Credibility: This speaks to whether or not your brand (and product) evoke a feeling of trust. For example, poor, amateurish design diminishes trust. The professionalism of the design is a reflection of the professionalism of whatever service you provide. For example, a charity with a cluttered website that’s riddled with spelling mistakes and unprofessional photos wouldn’t evoke the trust they need to elicit much-needed donations.

Value: Does the product deliver the value it promises to the user? Is the problem it solves worth the cost of purchase?

No matter how much you think all of this through, the proof is in the pudding. In other words, even if you think you’ve nailed all of the facets of a good user experience, you won’t know for sure until you prototype and test your design hypotheses with real people in your target market.

Scott Varho, SVP Product Development at 3Pillar Global, contextualizes UX best practices in light of the late Harvard Business School professor Clayton Christensen’s Jobs To Be Done (JTBD) theory:

“The customer is ‘hiring’ your product to do a job. They can do that job in other ways. Good user experience in product development is about figuring out how users get at the value your product promises to deliver. What information should be on the screen without cluttering it? What should be easy to get at? What are the other tools the user is using? Engineers will make sure everything has a button. A human-centered user experience product development specialist will
ensure the buttons make sense to users, prevent costly mistakes, and greatly enhance your product’s likelihood to achieve the business outcomes that made you invest to build it.”

But understanding the principles underlying good UX design is one thing. If you want to be able to put it into practice, it’s important to be familiar with Design Thinking.

The Role of Design Thinking

Design Thinking is a user-centric framework for implementing the principles of good UX design. According to the Interaction Design Foundation, “Design thinking is a non-linear, iterative process that teams use to understand users, challenge assumptions, redefine problems and create innovative solutions to prototype and test.”

Further, the foundation asserts that design thinking is “most useful to tackle problems that are ill-defined or unknown.” Hence, design thinking is a perfect approach for prototyping and testing hypotheses about your MVP’s design. There are five main stages of design thinking:

Empathize: Through research, seek to understand your users’ needs, pain points, and frustrations.

Define: Create a problem statement that clearly articulates the problem(s) you’ll be solving.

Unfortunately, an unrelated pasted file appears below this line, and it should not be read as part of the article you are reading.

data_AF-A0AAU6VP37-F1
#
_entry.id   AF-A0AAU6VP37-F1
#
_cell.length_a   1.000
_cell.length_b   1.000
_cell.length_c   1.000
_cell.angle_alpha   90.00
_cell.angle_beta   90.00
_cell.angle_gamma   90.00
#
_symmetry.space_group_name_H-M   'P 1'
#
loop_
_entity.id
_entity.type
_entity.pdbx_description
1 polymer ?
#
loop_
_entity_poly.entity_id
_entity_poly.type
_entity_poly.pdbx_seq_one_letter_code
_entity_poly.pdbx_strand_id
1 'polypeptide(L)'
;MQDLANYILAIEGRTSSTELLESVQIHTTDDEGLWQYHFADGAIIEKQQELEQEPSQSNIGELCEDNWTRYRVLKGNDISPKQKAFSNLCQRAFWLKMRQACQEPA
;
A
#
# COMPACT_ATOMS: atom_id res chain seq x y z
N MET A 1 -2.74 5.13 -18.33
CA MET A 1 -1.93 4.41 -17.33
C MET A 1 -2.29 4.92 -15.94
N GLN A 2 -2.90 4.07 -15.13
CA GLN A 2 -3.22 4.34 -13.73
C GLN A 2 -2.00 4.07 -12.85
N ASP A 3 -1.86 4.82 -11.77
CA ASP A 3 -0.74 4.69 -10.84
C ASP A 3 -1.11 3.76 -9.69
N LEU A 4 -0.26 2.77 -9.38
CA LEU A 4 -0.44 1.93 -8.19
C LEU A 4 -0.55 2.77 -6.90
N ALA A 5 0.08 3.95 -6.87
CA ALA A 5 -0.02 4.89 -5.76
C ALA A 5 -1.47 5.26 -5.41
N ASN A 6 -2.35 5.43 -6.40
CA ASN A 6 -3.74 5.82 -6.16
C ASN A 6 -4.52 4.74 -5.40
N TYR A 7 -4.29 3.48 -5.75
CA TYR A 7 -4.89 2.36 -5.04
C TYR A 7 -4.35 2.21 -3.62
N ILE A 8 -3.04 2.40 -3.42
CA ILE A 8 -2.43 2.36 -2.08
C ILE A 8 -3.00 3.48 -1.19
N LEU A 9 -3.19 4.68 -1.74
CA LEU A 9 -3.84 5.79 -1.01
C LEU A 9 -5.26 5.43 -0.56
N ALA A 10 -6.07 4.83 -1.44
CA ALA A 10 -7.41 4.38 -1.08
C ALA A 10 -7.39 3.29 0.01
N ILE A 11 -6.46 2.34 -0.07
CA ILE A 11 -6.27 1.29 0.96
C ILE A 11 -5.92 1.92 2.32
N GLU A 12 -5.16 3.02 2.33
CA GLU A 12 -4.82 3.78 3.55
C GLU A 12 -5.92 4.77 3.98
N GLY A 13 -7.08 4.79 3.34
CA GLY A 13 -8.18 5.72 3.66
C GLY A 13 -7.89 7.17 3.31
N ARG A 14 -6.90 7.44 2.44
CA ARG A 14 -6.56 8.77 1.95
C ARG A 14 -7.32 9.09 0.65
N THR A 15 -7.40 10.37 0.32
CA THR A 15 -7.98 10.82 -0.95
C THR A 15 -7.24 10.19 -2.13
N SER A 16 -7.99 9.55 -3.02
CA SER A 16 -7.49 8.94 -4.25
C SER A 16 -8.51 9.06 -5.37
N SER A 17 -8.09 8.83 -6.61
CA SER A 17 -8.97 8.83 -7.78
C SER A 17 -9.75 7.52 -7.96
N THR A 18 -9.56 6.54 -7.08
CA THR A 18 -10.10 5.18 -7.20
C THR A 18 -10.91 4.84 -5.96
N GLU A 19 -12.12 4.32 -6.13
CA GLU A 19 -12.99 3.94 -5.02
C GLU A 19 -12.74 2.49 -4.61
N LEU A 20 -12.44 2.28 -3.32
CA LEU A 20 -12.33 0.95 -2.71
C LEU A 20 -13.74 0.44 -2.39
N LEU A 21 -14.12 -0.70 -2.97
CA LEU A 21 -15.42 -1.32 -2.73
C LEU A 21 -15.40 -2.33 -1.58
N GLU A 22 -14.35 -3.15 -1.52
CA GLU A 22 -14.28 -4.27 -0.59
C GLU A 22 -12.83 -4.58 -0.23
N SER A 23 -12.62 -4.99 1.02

Ideate: Formulate ideas and hypotheses as to how your MVP design will help solve these problems you’ve identified.

Prototype: This stage involves creating scaled-down versions of the MVP (or specific, discrete parts of the MVP focusing on specific features or functions).

Test: Test your prototypes and gather quantitative and qualitative feedback from members of your target market who align with the research-based personas you’ve created. In the spirit of inclusion, try to account for those who may be challenged in some way.

Apply: After testing, prototypes can be iterated upon based on data and learning gleaned from the user research. This iterative process will help hone the MVP design and optimize the user experience.

The Agile Connection

Iteration is the bridge between Agile methodology and design thinking. Agile projects are by their very nature iterative in that they allow for—and encourage—a cyclical return to stages of product development based on learnings and feedback

According to the Agile Alliance, “Agile projects . . . intentionally allow for “repeating” software development activities, and for potentially “revisiting” the same work products.” Not only that but “Prototyping is necessarily an iterative strategy.”

This iterative approach to UX design testing and learning should be embraced from the outset of any project, especially your MVP. As Toptal correctly points out, “Teams assuming that attention to user experience is something that can be minimized, excluded, or done after releasing the product are taking the wrong approach.” Bringing design thinking principles and UX best practices into your Agile MVP methodology early on means that UX won’t be an afterthought.


As Toptal notes, “UX is part of a continuous improvement process, always seeking to better understand users and select and design the features and products that best match their needs, solve their pain points, and bring them meaningful innovation.”

This aligns with our thinking at 3Pillar Global, as we believe in minimizing time to value and excelling at change. To that end, incorporating design thinking into Agile methodology is an ideal way to test and iterate on your MVP design assumptions.

To learn more about 3Pillar Global’s services and how we can help you create a minimum viable product to test and validate your assumptions with real customers, contact an expert today.

Special thanks to these members of FORCE, 3Pillar’s expert network, for their contributions to this article.

FORCE is 3Pillar Global’s Thought Leadership Team comprised of technologists and industry experts offering their knowledge on important trends and topics in digital product development.